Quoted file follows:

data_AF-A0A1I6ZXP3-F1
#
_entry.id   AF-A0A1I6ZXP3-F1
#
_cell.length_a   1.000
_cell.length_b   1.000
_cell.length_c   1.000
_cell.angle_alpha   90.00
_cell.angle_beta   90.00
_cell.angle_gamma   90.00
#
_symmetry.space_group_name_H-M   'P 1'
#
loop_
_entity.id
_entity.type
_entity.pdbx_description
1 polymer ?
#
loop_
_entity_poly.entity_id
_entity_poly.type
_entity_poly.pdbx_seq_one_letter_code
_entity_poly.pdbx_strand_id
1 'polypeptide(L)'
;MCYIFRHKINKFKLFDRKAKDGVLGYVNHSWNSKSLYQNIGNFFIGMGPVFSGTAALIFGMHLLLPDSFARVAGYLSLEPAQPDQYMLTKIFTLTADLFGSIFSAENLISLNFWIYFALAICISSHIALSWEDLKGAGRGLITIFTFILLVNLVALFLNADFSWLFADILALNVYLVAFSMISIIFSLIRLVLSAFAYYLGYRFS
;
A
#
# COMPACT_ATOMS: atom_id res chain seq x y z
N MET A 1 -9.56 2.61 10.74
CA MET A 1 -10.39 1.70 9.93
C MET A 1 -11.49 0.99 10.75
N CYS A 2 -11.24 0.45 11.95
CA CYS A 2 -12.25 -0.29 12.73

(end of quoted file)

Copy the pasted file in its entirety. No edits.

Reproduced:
data_AF-A0A1I6ZXP3-F1
#
_entry.id   AF-A0A1I6ZXP3-F1
#
_cell.length_a   1.000
_cell.length_b   1.000
_cell.length_c   1.000
_cell.angle_alpha   90.00
_cell.angle_beta   90.00
_cell.angle_gamma   90.00
#
_symmetry.space_group_name_H-M   'P 1'
#
loop_
_entity.id
_entity.type
_entity.pdbx_description
1 polymer ?
#
loop_
_entity_poly.entity_id
_entity_poly.type
_entity_poly.pdbx_seq_one_letter_code
_entity_poly.pdbx_strand_id
1 'polypeptide(L)'
;MCYIFRHKINKFKLFDRKAKDGVLGYVNHSWNSKSLYQNIGNFFIGMGPVFSGTAALIFGMHLLLPDSFARVAGYLSLEPAQPDQYMLTKIFTLTADLFGSIFSAENLISLNFWIYFALAICISSHIALSWEDLKGAGRGLITIFTFILLVNLVALFLNADFSWLFADILALNVYLVAFSMISIIFSLIRLVLSAFAYYLGYRFS
;
A
#
# COMPACT_ATOMS: atom_id res chain seq x y z
N MET A 1 -9.56 2.61 10.74
CA MET A 1 -10.39 1.70 9.93
C MET A 1 -11.49 0.99 10.75
N CYS A 2 -11.24 0.45 11.95
CA CYS A 2 -12.25 -0.29 12.73